Tag Archives: Chorizo

Quinoa, Corn & Broccoli Pilaf

Quinoa Corn Brocolli Pilaf - close

I know it’s rather trendy to say but I quite like quinoa. We’ve been on the bandwagon for a while but I don’t mind the rush of people that seem to now be joining the fanclub – it means there are more and more interesting quinoa recipes popping up all over the place.

Quinoa broccoli pilaf

We saw this one in the paper last weekend & and again in Good Taste magazine & again online at Taste.com.au. Good Taste magazine is one of my favourites & it often makes its way into the basket at Woolies. This issue has a chorizo, chicken & potato pie on the cover… Hellooo!

Good Taste Magazine

While we always shop with a list, the farmer’s markets often have a few somethin-somethin’s that we can’t refuse. Like fresh chorizo for example. Hot, spicy chorizo!


So although this was supposed to be a vegetarian recipe, and would definitely taste great as such, we whacked in this sucker, sliced & diced. And he lived up to his spicy name! There was sweat people!


Other than the addition of the chorizo, we made a couple of alterations to the recipe, one of which included the cooking of the corn. The recipe called for chargrilling which I’m sure would be a whole load of tasty, but we were hungry & wanted to get the food, in the belly, pronto. We boiled three cobs until slightly tender & then sliced the kernels off for a speedy pan fry, along with the chorizo & some yellow capsicum, which was all then added into the other pan the quinoa was simmering along in.

Capsicum Chorizo

We shopped with the recipe in mind but this dish could lend itself to an assortment of flavours & could be a good way to use up leftover meat or lost-in-fridge bits like almost-over asparagus or beans.

Anywhoodle, see below for the recipe & give it a go: follow it straight up if you’re a quinoa newbie or go wild with variants if you’re a bit more sure of the ropes.

Quinoa Pilaf dish

Quinoa, Corn & Broccoli Pilaf

Adapted from Taste.com.au


  • Olive oil
  • 1 brown onion, finely chopped
  • 1 garlic clove, crushed
  • 2 tsp finely grated fresh ginger
  • 1 tsp ground cumin
  • 1 tsp ground coriander
  • 1/2 tsp turmeric
  • 150g (1 cup) quinoa, rinsed, drained
  • 500ml (2 cups) water
  • 300g broccoli, cut into small florets
  • 2 large corncobs, husks removed
  • 1 yellow capsicum, diced (optional)
  • 1 chorizo, diced (optional)
  • 2 tbs chopped fresh coriander
  • Low-fat natural yoghurt, to serve
  • Fresh coriander leaves, to serve

  1. Heat oil in a large saucepan over medium heat. Sauté onion, stirring, for 5 minutes or until soft. Add garlic, ginger and spices. Cook, stirring, for 1 minute. Stir in quinoa. Add water and stir. Bring to the boil. Reduce heat to low. Cover and simmer for 10 minutes. Uncover and place broccoli on top. Cover and simmer for 3-4 minutes.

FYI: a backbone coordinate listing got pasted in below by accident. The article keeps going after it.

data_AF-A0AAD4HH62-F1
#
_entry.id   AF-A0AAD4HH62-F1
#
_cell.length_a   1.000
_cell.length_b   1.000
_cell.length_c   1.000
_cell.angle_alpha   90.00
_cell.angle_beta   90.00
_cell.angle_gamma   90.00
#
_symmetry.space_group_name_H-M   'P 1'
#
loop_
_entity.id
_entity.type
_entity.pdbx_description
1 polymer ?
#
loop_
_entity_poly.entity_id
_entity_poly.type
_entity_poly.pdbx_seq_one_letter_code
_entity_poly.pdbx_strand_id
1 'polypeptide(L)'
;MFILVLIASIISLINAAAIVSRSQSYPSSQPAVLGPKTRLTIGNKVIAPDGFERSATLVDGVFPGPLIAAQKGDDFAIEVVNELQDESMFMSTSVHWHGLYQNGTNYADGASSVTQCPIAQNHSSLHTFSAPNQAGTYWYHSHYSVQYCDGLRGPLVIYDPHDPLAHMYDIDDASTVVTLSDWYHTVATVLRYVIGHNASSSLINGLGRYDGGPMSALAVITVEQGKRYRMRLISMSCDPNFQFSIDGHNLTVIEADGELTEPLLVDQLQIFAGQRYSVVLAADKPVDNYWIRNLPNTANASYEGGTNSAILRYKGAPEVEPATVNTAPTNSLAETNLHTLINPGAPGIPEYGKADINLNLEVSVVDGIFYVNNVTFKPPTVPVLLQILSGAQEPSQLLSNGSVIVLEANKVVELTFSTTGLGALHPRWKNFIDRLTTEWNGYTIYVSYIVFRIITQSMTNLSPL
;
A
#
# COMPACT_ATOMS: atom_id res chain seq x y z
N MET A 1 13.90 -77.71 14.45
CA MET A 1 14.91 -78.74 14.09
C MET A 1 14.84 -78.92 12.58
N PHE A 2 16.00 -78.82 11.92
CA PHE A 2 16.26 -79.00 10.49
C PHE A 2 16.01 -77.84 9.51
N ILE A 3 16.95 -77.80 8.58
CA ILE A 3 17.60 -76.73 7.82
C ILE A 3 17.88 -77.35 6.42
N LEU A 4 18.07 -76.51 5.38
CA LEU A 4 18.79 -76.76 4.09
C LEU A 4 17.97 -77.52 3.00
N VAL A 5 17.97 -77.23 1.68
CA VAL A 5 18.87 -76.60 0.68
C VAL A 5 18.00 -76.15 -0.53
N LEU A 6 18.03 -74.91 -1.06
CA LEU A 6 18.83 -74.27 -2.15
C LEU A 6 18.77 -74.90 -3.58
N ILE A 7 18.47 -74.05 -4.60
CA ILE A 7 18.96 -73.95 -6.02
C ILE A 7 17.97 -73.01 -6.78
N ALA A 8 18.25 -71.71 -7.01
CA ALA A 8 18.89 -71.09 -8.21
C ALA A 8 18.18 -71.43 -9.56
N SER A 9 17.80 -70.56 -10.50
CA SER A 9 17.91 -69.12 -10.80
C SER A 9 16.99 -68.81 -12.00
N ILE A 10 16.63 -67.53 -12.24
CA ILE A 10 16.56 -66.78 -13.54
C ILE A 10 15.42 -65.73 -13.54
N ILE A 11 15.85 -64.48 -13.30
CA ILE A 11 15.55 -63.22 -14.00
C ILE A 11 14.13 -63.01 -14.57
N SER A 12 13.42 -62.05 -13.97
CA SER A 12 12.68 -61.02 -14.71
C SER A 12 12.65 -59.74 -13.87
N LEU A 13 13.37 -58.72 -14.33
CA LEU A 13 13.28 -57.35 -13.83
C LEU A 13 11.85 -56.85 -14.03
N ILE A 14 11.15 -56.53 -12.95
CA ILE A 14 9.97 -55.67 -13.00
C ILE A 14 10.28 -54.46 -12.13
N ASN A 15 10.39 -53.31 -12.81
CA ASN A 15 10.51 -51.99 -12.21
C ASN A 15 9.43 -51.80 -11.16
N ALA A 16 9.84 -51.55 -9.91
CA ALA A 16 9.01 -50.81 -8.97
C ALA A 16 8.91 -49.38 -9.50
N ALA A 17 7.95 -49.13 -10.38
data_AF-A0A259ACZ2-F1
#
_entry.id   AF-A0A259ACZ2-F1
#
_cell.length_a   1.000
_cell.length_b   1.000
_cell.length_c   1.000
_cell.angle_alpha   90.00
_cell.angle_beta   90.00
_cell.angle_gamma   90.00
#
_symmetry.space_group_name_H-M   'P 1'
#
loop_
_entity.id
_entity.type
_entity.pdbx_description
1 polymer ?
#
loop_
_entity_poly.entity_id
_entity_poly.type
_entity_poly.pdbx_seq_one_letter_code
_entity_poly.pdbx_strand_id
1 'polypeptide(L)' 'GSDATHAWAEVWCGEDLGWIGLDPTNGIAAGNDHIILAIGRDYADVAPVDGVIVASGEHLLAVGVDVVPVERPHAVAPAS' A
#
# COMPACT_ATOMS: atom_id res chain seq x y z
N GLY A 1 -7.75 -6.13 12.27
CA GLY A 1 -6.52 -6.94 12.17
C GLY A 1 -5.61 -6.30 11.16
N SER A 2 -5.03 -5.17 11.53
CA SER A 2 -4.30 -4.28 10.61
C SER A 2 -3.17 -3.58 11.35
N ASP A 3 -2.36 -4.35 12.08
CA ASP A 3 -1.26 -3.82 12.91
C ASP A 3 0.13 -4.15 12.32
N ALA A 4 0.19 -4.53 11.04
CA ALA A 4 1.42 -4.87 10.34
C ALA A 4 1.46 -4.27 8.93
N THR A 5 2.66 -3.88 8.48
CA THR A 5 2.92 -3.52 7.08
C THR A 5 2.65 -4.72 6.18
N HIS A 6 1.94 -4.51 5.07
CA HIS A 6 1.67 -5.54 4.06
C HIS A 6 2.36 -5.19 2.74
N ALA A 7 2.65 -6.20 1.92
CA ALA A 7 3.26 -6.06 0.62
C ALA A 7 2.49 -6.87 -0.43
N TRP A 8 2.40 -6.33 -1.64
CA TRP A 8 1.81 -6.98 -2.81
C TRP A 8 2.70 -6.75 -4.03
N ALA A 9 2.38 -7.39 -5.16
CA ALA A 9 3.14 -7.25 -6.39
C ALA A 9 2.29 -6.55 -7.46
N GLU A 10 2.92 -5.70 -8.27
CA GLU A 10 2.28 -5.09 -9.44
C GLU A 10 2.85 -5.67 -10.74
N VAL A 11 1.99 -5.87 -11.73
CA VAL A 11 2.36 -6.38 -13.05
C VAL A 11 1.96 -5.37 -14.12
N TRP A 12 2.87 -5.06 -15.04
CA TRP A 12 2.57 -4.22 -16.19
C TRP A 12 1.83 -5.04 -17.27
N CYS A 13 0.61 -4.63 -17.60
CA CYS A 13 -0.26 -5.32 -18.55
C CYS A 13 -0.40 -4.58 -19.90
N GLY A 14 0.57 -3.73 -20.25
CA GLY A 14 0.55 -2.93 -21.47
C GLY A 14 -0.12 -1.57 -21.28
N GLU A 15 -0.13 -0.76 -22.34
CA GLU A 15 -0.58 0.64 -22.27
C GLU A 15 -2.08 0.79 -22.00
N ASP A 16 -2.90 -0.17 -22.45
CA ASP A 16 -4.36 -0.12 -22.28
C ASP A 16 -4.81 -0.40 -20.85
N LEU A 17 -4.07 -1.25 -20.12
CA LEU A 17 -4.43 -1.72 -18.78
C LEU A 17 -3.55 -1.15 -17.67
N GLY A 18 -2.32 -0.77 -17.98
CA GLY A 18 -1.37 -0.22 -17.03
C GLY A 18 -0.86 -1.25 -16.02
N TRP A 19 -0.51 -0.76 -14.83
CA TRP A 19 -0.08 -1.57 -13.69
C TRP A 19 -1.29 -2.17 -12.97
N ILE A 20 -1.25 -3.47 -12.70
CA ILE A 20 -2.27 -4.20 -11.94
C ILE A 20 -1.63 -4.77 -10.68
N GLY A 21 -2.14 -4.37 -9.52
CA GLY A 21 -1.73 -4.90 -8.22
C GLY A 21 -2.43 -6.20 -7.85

2. Meanwhile, lightly boil/steam your corn cobs until just tender. Set aside to cool & then cut down the corncob to remove the kernels.
  3. In a hot pan, saute the chorizo, capsicum and corn until the corn is lightly browned in places and the chorizo is a little sizzled around the edges.
  4. Add saute mix and chopped coriander to quinoa mixture and combine.
  5. To serve, top with yoghurt and coriander leaves.

Cauliflower Pizza Base

Cauliflower Pizza Base 1

Oooohh pizzaaa! While my mouth thinks there is nothing better than the cheesey, often meaty, delicious shamble that makes up a pizza, unfortunately my belly strongly disagrees. The ol’ stomach doesn’t seem to munch down wheaty goodness quite like it used to & within an hour or two of eating such carby delights, the digestive complaints start, mostly by way of bloat, loud rumbles & swishy-wishyness.

So when I saw this Cauliflower Pizza Base doing the rounds on Pinterest, I thought it might be a tummy-friendly go-er. The Lad thought it sounded terrible. In his opinion, there was no way that cauliflower could ever replace flour & yeast in a pizza base without tasting a whole lot like, well, cauliflower. I do enjoy the occasional floret of cauliflower when it is dished up to me but, I had similar doubts to The Lad – could mushed cauliflower make a pizza base?

Cauliflower Pizza Base 2

The answer, my friends, is a resounding, man-approved YES! And we’ve made it twice since my first foray (I waited til I was cooking & dining alone for the first effort but, after seeing my fridged leftovers, he happily lapped up a slice)

Cauliflower Pizza Base 3

I followed this recipe pretty much to the letter but I only grated (no food processors here!) & nuked (2.5 mins was plenty) the one required cup of cauliflower per base. Also, since the first run, I’ve tried baking the base  both with a little oil & without. With the oil was a little greasy – like a take away pizza – & without the oil was fine & definitely not too dry. I’d recommend going without – the base stays moist enough & the cheese makes it all go nice & golden anyway.

Cauliflower Pizza Base Raw

The base: pre-bake

For the topping, I used Iowa Girl’s Spicy Sausage & Sundried Tomato Goat Cheese Pizza as my inspiration. I used the world’s best pizza topping – chorizo, naturally – diced as the sausage.

Cauliflower Pizza Base Topping

Meats, cheeses & greens – oh my!

It was deeeelicious. This is definitely worth trying out regardless of whether or not your belly can handle wheat! It’s a great way of sneaking extra vegies into your meals and it’s a helluva lot easier & speedier than waiting for standard from-scratch dough to rise. The whole pizza can go from fridge to plate in half-an-hour: while the base has its initial bake, get cookin’ on your toppings & it’s seriously ready in no time at all.

Cauliflower Pizza Base 5